Saturday, November 27, 2010

Saturday evening musings

I'm sitting here in the cabin, where the computer is located, watching a Lawrence Welk public TV pledge special. How nerdy is that? Actually, Lawrence Welk brings back warm fuzzy memories of evenings at my grandparents' house. There was an innocence and earnestness about those shows, along with a healthy dose of corniness, that sticks with me.

I've been kind of floundering this week, re-adjusting to having free time in the evenings again. Being in "Hello, Dolly!" with Starflower was a good experience. I'll never forget the energy the cast brought together, and the feeling of performing a quality show for local audiences. That's what I love about community theater- it's one thing to pay exorbitant prices for tickets to a traveling Broadway show, but a totally different, wonderful thing to see people you see regularly show their hidden talents and bring a Lawrence Welk-type earnestness to every show. That said, I don't know if I'll do it again. It's a huge time commitment, I have a few other musical projects I might rather work on, and it would have to be a show I really like. Please, Ms. Director, don't even consider "The Music Man!"

So I'm coming off that, the darkest part of winter is upon us (well, not the darkest yet, but the month leading up to the darkest day is pretty dreary), and for some reason my mind has been cluttered with random thoughts. I've found it hard to focus on anything lately. I've tried to remedy that by starting to do yoga, but so far whenever I get near the yoga mat I have three cats and a dog wanting to get in on the action. That, and I can't figure out how to hook up the Blu Ray player and there are no batteries in the remote so I haven't been able to watch a yoga DVD. So today I did probably a better thing...I went for a walk outdoors. The air was crisp, and a dusting of freshly fallen snow sparkled in the sunlight. I went out to the pond first, which had several inches of ice, enough to walk on. There was some slush above the ice on part of the pond though, so I'm going to wait a week or so and hopefully it will freeze enough to shovel for skating. Then I walked along a ridge which used to be the edge of a gravel pit in the 1930's. I saw lots of deer and rabbit tracks, and even a few snow free spots where the deer had bedded down for the night. I followed the old main railroad grade back to the railroad siding which leads back to the cabin. I noticed a lot of fallen trees since I had last walked that way; our big wind storm in late October may have brought down some dead and/or dying wood.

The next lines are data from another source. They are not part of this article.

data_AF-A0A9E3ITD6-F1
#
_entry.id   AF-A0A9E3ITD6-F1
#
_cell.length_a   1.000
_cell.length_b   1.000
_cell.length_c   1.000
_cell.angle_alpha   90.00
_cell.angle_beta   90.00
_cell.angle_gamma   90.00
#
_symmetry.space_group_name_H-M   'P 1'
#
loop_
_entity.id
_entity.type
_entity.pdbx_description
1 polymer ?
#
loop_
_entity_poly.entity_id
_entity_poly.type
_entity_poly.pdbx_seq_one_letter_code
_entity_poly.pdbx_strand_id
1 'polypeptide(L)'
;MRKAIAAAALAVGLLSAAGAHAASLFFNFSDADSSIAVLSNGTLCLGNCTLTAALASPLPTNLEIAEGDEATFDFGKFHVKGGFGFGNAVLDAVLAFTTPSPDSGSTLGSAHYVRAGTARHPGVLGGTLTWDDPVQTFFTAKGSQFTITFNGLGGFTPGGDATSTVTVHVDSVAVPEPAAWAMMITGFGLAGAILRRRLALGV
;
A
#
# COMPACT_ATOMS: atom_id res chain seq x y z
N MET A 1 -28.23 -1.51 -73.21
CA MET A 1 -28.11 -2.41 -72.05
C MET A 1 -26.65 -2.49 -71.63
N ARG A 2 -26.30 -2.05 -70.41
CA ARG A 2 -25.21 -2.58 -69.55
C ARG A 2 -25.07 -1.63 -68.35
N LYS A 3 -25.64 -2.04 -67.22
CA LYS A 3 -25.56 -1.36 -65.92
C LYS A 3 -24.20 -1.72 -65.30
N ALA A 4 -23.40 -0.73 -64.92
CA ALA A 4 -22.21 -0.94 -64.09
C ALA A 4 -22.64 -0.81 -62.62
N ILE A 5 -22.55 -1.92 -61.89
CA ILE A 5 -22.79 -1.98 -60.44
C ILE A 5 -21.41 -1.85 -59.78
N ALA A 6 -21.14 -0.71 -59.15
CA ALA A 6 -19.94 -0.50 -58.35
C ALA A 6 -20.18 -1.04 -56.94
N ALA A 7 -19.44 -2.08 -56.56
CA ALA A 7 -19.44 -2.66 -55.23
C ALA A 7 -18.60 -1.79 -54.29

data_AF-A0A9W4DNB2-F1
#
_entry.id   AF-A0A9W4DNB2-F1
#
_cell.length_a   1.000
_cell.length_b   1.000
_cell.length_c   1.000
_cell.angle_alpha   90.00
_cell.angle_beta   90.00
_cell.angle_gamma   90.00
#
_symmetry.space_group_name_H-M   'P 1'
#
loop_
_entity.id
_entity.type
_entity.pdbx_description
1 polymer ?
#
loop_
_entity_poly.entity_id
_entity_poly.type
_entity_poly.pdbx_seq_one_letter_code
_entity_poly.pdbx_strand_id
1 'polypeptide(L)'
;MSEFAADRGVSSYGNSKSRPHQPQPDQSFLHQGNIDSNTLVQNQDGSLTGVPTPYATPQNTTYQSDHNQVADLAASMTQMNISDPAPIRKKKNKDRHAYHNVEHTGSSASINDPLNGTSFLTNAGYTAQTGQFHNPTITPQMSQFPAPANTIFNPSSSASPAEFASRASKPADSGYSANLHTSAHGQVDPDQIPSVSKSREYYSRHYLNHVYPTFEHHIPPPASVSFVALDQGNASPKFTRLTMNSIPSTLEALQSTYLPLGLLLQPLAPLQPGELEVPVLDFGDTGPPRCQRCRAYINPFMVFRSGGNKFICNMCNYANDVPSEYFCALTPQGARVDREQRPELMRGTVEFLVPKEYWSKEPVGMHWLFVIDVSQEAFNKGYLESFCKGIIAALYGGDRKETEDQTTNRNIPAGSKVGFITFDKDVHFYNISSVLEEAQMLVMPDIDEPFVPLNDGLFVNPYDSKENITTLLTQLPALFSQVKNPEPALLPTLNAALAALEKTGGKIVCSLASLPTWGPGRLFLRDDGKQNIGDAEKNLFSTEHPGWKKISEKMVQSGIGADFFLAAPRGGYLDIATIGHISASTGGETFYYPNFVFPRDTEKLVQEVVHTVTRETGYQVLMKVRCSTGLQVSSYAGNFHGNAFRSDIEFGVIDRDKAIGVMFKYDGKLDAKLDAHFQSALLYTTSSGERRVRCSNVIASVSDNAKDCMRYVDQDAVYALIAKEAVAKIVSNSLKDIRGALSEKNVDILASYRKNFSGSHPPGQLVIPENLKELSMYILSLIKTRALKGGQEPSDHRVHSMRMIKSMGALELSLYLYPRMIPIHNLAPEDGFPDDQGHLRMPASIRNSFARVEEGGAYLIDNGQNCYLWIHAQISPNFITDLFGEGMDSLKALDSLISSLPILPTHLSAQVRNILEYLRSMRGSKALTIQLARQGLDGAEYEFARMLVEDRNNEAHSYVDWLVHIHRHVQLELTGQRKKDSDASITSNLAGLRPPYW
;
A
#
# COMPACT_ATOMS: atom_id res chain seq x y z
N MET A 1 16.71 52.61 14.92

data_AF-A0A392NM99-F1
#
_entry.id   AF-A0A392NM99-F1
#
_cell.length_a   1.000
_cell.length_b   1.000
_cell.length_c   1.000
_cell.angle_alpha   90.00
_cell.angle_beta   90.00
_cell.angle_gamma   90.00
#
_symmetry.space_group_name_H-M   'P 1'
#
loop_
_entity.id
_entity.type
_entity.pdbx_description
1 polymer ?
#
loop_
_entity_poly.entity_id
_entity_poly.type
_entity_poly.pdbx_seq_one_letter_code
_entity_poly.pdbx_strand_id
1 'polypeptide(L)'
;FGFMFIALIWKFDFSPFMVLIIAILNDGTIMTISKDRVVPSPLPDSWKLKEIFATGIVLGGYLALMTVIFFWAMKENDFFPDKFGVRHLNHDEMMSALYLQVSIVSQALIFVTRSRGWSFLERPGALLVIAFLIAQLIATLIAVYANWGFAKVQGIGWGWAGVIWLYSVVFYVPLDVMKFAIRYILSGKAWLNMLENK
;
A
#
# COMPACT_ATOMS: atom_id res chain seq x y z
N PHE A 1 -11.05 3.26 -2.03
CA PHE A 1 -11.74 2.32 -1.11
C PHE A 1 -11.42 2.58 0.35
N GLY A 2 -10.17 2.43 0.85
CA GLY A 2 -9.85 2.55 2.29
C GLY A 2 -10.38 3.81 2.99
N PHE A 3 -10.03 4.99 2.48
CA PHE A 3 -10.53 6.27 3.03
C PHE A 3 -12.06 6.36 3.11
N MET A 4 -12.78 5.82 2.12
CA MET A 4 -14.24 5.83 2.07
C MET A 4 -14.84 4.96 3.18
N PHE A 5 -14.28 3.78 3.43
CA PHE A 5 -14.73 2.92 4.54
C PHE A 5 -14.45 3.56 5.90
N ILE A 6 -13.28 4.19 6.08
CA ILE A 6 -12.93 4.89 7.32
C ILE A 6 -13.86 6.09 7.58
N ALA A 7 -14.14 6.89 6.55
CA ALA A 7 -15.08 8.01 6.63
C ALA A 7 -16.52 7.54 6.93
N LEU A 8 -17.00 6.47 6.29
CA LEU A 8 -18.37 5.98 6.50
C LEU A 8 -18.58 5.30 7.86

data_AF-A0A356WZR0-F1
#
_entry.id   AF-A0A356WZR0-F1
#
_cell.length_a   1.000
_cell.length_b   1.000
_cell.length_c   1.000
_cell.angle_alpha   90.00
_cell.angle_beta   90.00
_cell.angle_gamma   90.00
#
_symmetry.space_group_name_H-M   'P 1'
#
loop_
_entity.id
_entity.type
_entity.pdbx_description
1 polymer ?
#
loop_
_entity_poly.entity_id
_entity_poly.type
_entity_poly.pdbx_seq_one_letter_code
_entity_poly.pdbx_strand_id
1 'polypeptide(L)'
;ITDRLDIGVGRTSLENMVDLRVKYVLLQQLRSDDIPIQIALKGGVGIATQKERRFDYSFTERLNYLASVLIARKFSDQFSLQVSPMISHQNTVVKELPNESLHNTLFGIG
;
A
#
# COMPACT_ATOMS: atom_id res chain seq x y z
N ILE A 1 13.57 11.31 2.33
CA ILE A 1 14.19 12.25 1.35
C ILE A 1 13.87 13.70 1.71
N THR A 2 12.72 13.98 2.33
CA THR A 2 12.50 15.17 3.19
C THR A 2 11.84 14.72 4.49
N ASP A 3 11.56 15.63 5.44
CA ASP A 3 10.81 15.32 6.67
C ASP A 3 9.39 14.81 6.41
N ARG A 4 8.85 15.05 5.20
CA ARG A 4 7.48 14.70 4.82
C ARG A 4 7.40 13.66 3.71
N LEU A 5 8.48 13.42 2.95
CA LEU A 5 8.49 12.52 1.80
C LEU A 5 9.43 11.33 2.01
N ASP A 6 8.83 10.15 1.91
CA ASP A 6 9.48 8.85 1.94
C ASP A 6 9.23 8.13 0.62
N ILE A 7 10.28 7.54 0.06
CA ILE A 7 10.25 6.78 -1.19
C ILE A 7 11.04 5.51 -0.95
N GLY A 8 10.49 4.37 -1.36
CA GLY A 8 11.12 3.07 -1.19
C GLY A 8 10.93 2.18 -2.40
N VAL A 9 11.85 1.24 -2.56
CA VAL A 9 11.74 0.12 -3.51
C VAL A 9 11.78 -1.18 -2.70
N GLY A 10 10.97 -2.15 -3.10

I came out of the woods with a new sense of clarity. Not completely clear, but it was what I needed to get back into living on this late November day.

Saturday, November 13, 2010

winter is here

I spent the morning taking care of unfinished summer business while the snow fell, like bailing water out of a canoe and kayak and turning them over on shore. I guess this is to be expected for this time of year, but last week's 60 degree weather had me thinking there would be more time.

This is going to be a busy week. Dress rehearsal for "Hello Dolly" is tomorrow evening, complete run-through rehearsals on Monday and Tuesday, and a morning performance for the elementary school on Wednesday. Then evening performances Thursday-Saturday, and a matinee on Sunday. So unless I find something really unusual to blog about, see you a week from tomorrow!

Sunday, November 07, 2010

under the blue roof

My other blog is back after a long hiatus. Check it out! (the link is on the sidebar)

Thursday, November 04, 2010

election reflections